not possible to refer that value.


Forward iterators are the refined iterators of input and output iterator
s.Forward
iterators support input and as well as out put iterators which provides the functionality.It
is possible to use multipass algorithms with farward iterators.A forward iterator is a
constant in which it is possible to access the access ,but can not

assign a new value.




Bidirecrtional algorithms iterators allow multi pass algorithm.they are different and can
support both direction .A bi
-
directional iterator can be increased to obtain the coming
element or can be decremented to obtain the previous

element.A forward iterator is
required to support forward motion .An iterator can be used to interchange the singly
linked list.


Finally, random accessiterator allows operation of pointer arthematic,subscripting,find a
distance etc.Most iterators are e
xpressed interms of range of iterators.


these are two different mechanism to support sort of inference.An order mechanism
called ITERATOR TAGS and newer mechanism called ITERATOR TRAITS.




Example:


// some typedefs

typedef map<long, string, less<long>
> EmployeeTable;

typedef multimap<string, long, cmp_fn> Directory;

typedef EmployeeTable::iterator EmpTableIter;

int main(void)

{


EmployeeTable emp_table;


// adding some values in employee table, to demostrate different ways of


// inserting in

a map


emp_table.insert(pair<long, string>(7100, "Barney"));


emp_table.insert(make_pair(7200, "Fred"));


emp_table[7300] = "Joe";


// The correct way to search


EmpTableIter Iter = emp_table.find(8000);


// not found


assert(emp_tabl
e.end() == Iter);


Iter = emp_table.find(7100);


// found


assert((*Iter).second == "Barney");


// checking insertion result


// case 1
-

new entry


pair<EmployeeTable::iterator, bool> result =




emp_table.insert(make_pair(7400,

"Eric
"));


assert(result.second == true);


// case 2
-

replacing an old entry


result = emp_table.insert(make_pair(7400, "Tolkein"));


assert(result.second == false);




// Multimap
-

telephone directory, namve vs phone number


// one guy c
an have more than one phone number


Directory d;


// insert into map


d.insert(make_pair("Fred", 45635));


d.insert(make_pair("Fred", 45634));


d.insert(make_pair("Fred", 45638));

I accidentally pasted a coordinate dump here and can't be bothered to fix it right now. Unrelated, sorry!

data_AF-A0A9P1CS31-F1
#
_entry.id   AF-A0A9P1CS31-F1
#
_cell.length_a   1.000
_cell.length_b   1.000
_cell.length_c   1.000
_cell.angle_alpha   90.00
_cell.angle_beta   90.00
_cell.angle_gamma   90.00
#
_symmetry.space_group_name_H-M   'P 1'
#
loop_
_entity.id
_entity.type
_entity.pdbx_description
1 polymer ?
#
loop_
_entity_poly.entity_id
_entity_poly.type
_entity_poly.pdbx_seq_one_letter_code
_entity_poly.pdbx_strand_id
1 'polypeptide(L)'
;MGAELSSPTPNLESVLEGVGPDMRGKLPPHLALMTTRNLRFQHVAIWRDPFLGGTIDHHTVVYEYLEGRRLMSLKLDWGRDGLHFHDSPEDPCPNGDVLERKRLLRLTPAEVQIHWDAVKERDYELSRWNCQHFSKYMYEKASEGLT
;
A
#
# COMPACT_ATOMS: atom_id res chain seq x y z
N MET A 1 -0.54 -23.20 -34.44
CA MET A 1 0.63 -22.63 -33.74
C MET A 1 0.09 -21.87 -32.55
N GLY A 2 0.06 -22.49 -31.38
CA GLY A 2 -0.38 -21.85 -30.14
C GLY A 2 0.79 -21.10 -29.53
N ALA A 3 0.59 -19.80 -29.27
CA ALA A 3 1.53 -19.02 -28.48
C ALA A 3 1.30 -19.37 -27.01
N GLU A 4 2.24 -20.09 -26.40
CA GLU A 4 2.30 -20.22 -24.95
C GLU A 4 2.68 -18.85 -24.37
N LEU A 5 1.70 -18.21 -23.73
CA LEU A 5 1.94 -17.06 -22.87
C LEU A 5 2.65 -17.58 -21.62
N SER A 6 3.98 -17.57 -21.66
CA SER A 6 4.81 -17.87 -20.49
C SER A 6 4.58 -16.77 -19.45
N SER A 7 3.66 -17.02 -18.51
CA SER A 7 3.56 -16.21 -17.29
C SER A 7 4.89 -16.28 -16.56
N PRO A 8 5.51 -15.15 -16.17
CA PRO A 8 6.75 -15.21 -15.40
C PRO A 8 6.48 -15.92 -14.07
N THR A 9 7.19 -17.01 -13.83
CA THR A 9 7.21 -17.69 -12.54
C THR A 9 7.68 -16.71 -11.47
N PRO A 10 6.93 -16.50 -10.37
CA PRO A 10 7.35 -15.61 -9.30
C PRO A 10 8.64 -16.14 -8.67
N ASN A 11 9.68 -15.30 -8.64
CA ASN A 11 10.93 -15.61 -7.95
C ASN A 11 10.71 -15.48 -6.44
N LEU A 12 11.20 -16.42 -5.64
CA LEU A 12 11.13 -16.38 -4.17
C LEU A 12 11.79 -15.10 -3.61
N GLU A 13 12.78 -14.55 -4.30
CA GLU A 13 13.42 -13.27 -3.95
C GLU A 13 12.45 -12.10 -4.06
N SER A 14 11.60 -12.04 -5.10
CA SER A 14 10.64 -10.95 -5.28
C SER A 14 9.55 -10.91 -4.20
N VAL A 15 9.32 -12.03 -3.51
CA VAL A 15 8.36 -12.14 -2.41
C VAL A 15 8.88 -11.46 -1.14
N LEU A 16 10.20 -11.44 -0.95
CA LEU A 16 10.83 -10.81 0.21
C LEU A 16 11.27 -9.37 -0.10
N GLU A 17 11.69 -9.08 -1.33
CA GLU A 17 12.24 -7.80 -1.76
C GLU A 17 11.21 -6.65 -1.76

d.insert(make_pair("Fred", 45630));


d.insert(make_pai
r("Fred Pal", 25635));


Directory::iterator LB = d.lower_bound("Fred");


Directory::iterator UB = d.lower_bound("Fred");


if(LB == UB)


{


// only one entry for key "Fred"


}


else


{


assert((*LB).second == 45635); // first
entry




assert((*LB).second == 45630); // last entry



for(Directory::iterator i = LB; i != UB; ++i)


{



// work with i


}


}


LB = d.lower_bound("Fred Pal");


UB = d.lower_bound("Fred Pal");


assert( LB

== UB);


return 0;

}


TYPES OF ITERATORS:

1.ISTREAM ITERATOR

2.OSTREAMITERATOR

3.REVERSE ITERATOR

4.REVERSE BIDIRECTIONAL ITERATOR

5.INSERT ITERATOR

6.FRONT INSERT ITERATOR

7.BACK INSERT ITERATOR

8.ITERATOR TRAITS

9.INPUT ITERATOR TAG

1
0.INPUT ITERATOR TAG

11.OUTPUT ITERATOR TAG


12.FORWARD ITERATOR

13.BI DIRECTIONAL ITERATOR TAG

14.INPUT ITERATOR TAG

15.OUTPUT ITERATOR TAG

16.FORWARD ITERATOR TAG


Nonstandard Sequence Containers
:

Nonstandard sequence containers contains slist and rope c
ontainers
.


Slist is singly linked list
.


R
ope is essentially a heavy duty string
.

Nonstandard Associative Containers
.


These are hash table based variants like hash_map, hash_multimp, hash_set and
hash_multiset.


Nonstandard Sequence Containers:


Nonsta
ndard sequence containers contains slist and rope containers


Slist is singly linked list


Rope is essentially a heavy duty string

Nonstandard Associative Containers:

These are hash table based variants like hash_map, hash_multimp, hash_set and



hash_multiset.




Ref
e
rences:

1.

http://www.codersource.net


2.

c++ complete Refernce by Herbert Schildt

3.

c++ for dummies by Jeff Cosswell

4.

http://www.pottsoft.com

5.

Data structures in c++ by Angela B.shiflet

6.

http://www.sgi.com/tech/stl/